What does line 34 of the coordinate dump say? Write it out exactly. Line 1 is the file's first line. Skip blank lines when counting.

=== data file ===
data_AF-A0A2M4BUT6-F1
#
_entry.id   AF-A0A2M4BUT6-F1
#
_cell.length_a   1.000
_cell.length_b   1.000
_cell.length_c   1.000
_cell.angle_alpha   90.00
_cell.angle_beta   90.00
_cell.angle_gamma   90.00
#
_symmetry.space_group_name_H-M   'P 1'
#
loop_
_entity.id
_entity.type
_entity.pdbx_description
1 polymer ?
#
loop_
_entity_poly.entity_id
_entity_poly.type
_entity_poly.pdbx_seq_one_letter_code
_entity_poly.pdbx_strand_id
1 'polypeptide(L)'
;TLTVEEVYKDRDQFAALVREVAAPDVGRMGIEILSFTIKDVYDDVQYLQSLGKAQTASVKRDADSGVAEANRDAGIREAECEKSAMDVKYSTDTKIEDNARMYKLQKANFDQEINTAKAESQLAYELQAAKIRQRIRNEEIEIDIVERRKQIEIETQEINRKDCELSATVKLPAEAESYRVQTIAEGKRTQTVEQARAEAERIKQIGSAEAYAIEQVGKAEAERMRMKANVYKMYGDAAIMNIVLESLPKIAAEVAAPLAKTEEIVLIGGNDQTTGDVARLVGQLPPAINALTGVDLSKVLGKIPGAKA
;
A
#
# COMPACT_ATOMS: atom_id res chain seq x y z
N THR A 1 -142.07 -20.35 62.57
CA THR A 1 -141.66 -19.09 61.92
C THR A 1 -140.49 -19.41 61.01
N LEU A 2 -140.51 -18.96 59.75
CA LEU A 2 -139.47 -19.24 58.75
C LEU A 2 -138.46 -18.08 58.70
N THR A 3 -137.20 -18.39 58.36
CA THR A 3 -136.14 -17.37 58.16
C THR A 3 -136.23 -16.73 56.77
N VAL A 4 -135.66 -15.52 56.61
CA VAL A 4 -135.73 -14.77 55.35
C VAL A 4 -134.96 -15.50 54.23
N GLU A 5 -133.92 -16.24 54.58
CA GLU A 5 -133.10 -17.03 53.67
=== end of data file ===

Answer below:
N LEU A 2 -140.51 -18.96 59.75